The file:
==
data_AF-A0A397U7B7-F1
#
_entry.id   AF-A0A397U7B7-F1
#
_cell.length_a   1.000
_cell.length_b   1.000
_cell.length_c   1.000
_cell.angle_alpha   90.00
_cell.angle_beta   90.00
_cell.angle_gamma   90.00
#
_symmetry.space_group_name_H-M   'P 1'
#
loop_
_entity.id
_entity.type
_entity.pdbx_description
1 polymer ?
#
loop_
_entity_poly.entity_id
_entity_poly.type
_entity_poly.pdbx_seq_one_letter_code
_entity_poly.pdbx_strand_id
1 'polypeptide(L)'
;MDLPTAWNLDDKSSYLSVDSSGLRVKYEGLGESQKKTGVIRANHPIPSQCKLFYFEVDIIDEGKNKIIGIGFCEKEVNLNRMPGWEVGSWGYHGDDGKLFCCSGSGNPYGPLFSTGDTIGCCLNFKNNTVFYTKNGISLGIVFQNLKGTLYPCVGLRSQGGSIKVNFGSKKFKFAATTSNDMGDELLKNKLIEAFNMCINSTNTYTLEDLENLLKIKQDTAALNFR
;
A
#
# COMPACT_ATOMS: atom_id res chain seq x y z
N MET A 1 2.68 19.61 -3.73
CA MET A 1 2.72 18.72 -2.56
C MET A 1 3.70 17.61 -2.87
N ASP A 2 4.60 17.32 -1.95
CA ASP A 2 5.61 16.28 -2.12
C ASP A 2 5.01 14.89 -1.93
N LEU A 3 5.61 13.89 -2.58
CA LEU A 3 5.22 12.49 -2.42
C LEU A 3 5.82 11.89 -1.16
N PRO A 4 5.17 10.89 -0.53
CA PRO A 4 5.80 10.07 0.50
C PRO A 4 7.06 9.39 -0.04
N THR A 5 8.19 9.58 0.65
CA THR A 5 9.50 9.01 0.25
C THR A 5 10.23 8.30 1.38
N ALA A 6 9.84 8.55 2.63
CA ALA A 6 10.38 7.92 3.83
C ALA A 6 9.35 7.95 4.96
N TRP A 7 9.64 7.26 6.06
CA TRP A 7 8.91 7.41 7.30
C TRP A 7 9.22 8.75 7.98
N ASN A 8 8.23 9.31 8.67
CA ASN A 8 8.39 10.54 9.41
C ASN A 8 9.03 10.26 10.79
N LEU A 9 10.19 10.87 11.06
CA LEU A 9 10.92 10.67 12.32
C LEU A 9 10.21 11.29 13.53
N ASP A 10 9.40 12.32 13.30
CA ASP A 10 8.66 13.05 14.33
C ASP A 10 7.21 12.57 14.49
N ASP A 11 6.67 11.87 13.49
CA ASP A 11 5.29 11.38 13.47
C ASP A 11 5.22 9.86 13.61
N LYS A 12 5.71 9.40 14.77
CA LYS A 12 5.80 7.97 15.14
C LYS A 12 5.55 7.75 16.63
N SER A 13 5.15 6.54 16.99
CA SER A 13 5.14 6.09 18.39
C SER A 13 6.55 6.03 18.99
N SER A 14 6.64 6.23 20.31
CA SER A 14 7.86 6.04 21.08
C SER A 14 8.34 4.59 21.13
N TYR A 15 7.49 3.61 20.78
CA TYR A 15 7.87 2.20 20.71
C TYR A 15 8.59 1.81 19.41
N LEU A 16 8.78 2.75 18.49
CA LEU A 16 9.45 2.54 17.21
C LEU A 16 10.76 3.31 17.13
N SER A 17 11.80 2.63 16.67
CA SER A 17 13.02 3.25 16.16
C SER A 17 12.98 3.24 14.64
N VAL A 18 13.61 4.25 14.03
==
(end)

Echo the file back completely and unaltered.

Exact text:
data_AF-A0A397U7B7-F1
#
_entry.id   AF-A0A397U7B7-F1
#
_cell.length_a   1.000
_cell.length_b   1.000
_cell.length_c   1.000
_cell.angle_alpha   90.00
_cell.angle_beta   90.00
_cell.angle_gamma   90.00
#
_symmetry.space_group_name_H-M   'P 1'
#
loop_
_entity.id
_entity.type
_entity.pdbx_description
1 polymer ?
#
loop_
_entity_poly.entity_id
_entity_poly.type
_entity_poly.pdbx_seq_one_letter_code
_entity_poly.pdbx_strand_id
1 'polypeptide(L)'
;MDLPTAWNLDDKSSYLSVDSSGLRVKYEGLGESQKKTGVIRANHPIPSQCKLFYFEVDIIDEGKNKIIGIGFCEKEVNLNRMPGWEVGSWGYHGDDGKLFCCSGSGNPYGPLFSTGDTIGCCLNFKNNTVFYTKNGISLGIVFQNLKGTLYPCVGLRSQGGSIKVNFGSKKFKFAATTSNDMGDELLKNKLIEAFNMCINSTNTYTLEDLENLLKIKQDTAALNFR
;
A
#
# COMPACT_ATOMS: atom_id res chain seq x y z
N MET A 1 2.68 19.61 -3.73
CA MET A 1 2.72 18.72 -2.56
C MET A 1 3.70 17.61 -2.87
N ASP A 2 4.60 17.32 -1.95
CA ASP A 2 5.61 16.28 -2.12
C ASP A 2 5.01 14.89 -1.93
N LEU A 3 5.61 13.89 -2.58
CA LEU A 3 5.22 12.49 -2.42
C LEU A 3 5.82 11.89 -1.16
N PRO A 4 5.17 10.89 -0.53
CA PRO A 4 5.80 10.07 0.50
C PRO A 4 7.06 9.39 -0.04
N THR A 5 8.19 9.58 0.65
CA THR A 5 9.50 9.01 0.25
C THR A 5 10.23 8.30 1.38
N ALA A 6 9.84 8.55 2.63
CA ALA A 6 10.38 7.92 3.83
C ALA A 6 9.35 7.95 4.96
N TRP A 7 9.64 7.26 6.06
CA TRP A 7 8.91 7.41 7.30
C TRP A 7 9.22 8.75 7.98
N ASN A 8 8.23 9.31 8.67
CA ASN A 8 8.39 10.54 9.41
C ASN A 8 9.03 10.26 10.79
N LEU A 9 10.19 10.87 11.06
CA LEU A 9 10.92 10.67 12.32
C LEU A 9 10.21 11.29 13.53
N ASP A 10 9.40 12.32 13.30
CA ASP A 10 8.66 13.05 14.33
C ASP A 10 7.21 12.57 14.49
N ASP A 11 6.67 11.87 13.49
CA ASP A 11 5.29 11.38 13.47
C ASP A 11 5.22 9.86 13.61
N LYS A 12 5.71 9.40 14.77
CA LYS A 12 5.80 7.97 15.14
C LYS A 12 5.55 7.75 16.63
N SER A 13 5.15 6.54 16.99
CA SER A 13 5.14 6.09 18.39
C SER A 13 6.55 6.03 18.99
N SER A 14 6.64 6.23 20.31
CA SER A 14 7.86 6.04 21.08
C SER A 14 8.34 4.59 21.13
N TYR A 15 7.49 3.61 20.78
CA TYR A 15 7.87 2.20 20.71
C TYR A 15 8.59 1.81 19.41
N LEU A 16 8.78 2.75 18.49
CA LEU A 16 9.45 2.54 17.21
C LEU A 16 10.76 3.31 17.13
N SER A 17 11.80 2.63 16.67
CA SER A 17 13.02 3.25 16.16
C SER A 17 12.98 3.24 14.64
N VAL A 18 13.61 4.25 14.03